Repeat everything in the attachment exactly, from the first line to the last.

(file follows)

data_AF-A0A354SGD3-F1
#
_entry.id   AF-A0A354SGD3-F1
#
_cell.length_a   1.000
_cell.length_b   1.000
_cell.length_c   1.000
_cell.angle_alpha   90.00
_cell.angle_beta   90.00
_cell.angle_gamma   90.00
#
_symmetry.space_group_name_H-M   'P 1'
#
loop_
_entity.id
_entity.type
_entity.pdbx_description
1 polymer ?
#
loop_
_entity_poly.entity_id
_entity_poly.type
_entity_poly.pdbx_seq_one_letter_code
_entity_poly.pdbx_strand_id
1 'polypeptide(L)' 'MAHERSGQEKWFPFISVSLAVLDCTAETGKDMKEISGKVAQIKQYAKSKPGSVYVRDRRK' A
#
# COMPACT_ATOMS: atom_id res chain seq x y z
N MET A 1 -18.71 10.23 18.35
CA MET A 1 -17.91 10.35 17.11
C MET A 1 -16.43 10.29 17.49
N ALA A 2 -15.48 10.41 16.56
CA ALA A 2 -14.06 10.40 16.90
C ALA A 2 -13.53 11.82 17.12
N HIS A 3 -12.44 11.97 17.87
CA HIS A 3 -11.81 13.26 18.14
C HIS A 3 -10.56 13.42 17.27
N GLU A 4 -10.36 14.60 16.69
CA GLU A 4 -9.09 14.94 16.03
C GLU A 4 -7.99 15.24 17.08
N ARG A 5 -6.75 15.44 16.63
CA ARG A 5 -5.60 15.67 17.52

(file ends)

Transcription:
data_AF-A0A354SGD3-F1
#
_entry.id   AF-A0A354SGD3-F1
#
_cell.length_a   1.000
_cell.length_b   1.000
_cell.length_c   1.000
_cell.angle_alpha   90.00
_cell.angle_beta   90.00
_cell.angle_gamma   90.00
#
_symmetry.space_group_name_H-M   'P 1'
#
loop_
_entity.id
_entity.type
_entity.pdbx_description
1 polymer ?
#
loop_
_entity_poly.entity_id
_entity_poly.type
_entity_poly.pdbx_seq_one_letter_code
_entity_poly.pdbx_strand_id
1 'polypeptide(L)' 'MAHERSGQEKWFPFISVSLAVLDCTAETGKDMKEISGKVAQIKQYAKSKPGSVYVRDRRK' A
#
# COMPACT_ATOMS: atom_id res chain seq x y z
N MET A 1 -18.71 10.23 18.35
CA MET A 1 -17.91 10.35 17.11
C MET A 1 -16.43 10.29 17.49
N ALA A 2 -15.48 10.41 16.56
CA ALA A 2 -14.06 10.40 16.90
C ALA A 2 -13.53 11.82 17.12
N HIS A 3 -12.44 11.97 17.87
CA HIS A 3 -11.81 13.26 18.14
C HIS A 3 -10.56 13.42 17.27
N GLU A 4 -10.36 14.60 16.69
CA GLU A 4 -9.09 14.94 16.03
C GLU A 4 -7.99 15.24 17.08
N ARG A 5 -6.75 15.44 16.63
CA ARG A 5 -5.60 15.67 17.52